I recently posted on China's savings and investment rates, and how they are extremely high by international standards.
Singapore used to be a country famous for its sky-high savings and investment rates, so I thought it might be useful to check how these numbers changed over time as Singapore's economy matured.
The data (according to Statistics Singapore) surprised me:
- The savings rate dropped from 54 % in 1997 to an average of 40 % in 2002-07 (though it was back on an upwards trend from 2005 onwards, increasing from 38.5 % to 46.8 % in 2007).
- The investment rate dropped much faster: It went from 39 % in 1997 to an average of only 20 % in 2003-07 (again, there was an upwards trend from 19.9 % in 2005 to 22.6 % in 2007). In other words, Singapore's investment rate wasn't particuarly high during the last few years. It was more or less equal to Germany's.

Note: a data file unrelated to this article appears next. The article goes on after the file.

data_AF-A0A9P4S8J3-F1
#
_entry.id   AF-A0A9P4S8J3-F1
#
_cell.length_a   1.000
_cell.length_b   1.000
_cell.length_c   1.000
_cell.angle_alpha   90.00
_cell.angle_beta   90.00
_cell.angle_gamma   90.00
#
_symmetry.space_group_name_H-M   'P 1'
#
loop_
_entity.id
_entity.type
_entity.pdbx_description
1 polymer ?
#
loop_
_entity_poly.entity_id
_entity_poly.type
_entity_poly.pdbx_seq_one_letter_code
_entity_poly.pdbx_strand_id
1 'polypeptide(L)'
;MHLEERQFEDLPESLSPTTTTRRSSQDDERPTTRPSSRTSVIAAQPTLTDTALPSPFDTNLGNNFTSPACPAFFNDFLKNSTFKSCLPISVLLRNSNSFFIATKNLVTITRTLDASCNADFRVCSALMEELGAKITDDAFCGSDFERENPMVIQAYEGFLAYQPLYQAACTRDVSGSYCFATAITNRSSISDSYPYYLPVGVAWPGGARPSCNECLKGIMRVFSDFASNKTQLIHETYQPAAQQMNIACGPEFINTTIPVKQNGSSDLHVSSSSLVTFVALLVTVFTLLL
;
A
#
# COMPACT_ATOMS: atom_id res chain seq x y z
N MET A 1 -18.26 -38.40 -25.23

- The trade surplus skyrocketed: It went from 13 % in 1997 to nearly 30 % in 2005-07. That's right: Singapore has been running a trade surplus of 30 % of GDP!
If this is an indication of how things will develop in China (i.e. savings rate dropping a bit, but investment rate dropping much faster once a "long-term sustainable capital stock" is reached), there is a major problem brewing:
Singapore is a tiny country, and the world doesn't really care if it runs a large trade surplus or not. China, on the other hand, cannot possibly run a trade surplus of 20 % or more of GDP. The current 8 % or so are already considered a major problem, and as China's economy keeps growing, a constant 8 % would already turn into an ever larger absolute number.
If China's investment rate eventually comes down into the 20-30 % range, the savings rate must also drop by nearly half. There is no other way. And as speculated previously, I suspect that higher government debt is the only feasible way to get there.